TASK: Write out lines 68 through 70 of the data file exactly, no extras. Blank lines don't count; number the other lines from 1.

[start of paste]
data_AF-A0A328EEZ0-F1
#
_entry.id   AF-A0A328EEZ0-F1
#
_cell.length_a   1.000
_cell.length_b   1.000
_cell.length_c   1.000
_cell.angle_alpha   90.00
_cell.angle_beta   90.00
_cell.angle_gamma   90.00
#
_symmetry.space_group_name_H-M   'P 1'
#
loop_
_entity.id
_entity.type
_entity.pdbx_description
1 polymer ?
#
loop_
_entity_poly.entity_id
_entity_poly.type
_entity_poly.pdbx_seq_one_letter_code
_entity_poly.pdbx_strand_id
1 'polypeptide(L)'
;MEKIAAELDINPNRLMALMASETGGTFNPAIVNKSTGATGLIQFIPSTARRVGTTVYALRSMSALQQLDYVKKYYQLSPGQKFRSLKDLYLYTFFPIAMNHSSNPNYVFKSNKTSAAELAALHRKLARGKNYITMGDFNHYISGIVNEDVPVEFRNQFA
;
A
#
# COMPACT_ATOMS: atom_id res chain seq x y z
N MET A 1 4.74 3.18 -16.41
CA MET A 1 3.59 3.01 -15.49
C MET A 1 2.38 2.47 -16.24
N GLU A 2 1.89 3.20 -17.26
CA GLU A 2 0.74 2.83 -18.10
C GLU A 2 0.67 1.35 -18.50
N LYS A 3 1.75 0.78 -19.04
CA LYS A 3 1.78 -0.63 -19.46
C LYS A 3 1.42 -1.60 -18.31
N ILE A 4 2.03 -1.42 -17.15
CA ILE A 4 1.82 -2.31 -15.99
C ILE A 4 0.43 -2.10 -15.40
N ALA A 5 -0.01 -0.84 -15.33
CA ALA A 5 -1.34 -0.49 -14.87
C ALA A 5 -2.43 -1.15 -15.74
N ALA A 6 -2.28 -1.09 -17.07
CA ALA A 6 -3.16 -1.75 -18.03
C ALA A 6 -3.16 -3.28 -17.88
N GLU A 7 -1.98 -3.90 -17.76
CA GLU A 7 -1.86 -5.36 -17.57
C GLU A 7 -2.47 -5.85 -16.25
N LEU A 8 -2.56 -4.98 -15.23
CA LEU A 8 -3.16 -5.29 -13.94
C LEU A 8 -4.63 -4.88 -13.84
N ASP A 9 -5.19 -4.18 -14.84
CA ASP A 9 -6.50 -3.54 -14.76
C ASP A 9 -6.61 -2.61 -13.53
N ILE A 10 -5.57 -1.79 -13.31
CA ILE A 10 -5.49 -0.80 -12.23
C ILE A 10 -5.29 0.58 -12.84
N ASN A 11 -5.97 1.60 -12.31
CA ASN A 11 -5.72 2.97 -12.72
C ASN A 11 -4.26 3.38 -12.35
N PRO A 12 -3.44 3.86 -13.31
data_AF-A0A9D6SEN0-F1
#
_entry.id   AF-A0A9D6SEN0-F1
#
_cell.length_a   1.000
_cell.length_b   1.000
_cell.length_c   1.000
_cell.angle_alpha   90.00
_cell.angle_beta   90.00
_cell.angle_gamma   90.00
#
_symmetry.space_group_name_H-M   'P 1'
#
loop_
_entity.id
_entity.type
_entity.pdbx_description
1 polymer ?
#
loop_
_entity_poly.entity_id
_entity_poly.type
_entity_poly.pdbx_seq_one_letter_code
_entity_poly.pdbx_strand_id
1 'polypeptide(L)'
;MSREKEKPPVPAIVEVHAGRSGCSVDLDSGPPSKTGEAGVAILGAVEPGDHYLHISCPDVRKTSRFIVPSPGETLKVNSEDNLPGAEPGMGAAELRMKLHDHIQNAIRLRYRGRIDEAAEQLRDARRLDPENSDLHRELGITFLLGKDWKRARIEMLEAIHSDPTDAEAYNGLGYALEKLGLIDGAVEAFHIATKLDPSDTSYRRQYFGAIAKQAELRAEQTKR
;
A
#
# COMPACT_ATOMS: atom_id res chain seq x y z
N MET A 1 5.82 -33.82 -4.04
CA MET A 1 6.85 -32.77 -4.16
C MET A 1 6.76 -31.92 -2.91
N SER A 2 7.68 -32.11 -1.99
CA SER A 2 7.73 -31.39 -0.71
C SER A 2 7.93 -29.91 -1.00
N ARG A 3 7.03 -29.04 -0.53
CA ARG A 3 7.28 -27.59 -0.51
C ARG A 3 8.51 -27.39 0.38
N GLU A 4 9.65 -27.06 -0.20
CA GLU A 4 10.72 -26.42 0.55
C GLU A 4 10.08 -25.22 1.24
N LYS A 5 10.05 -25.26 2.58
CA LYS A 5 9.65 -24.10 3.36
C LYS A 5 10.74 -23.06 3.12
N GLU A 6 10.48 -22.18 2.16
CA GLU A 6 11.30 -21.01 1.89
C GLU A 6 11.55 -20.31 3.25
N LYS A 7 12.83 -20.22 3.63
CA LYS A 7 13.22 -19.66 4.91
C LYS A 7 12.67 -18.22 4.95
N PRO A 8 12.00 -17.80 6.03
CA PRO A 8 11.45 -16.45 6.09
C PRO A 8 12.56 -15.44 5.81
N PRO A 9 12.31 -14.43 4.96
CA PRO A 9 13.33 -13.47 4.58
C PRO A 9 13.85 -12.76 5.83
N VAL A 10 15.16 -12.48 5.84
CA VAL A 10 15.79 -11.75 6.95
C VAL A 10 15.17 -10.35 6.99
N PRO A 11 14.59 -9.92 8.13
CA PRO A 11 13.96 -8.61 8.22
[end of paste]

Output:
#
_cell.length_a   1.000
_cell.length_b   1.000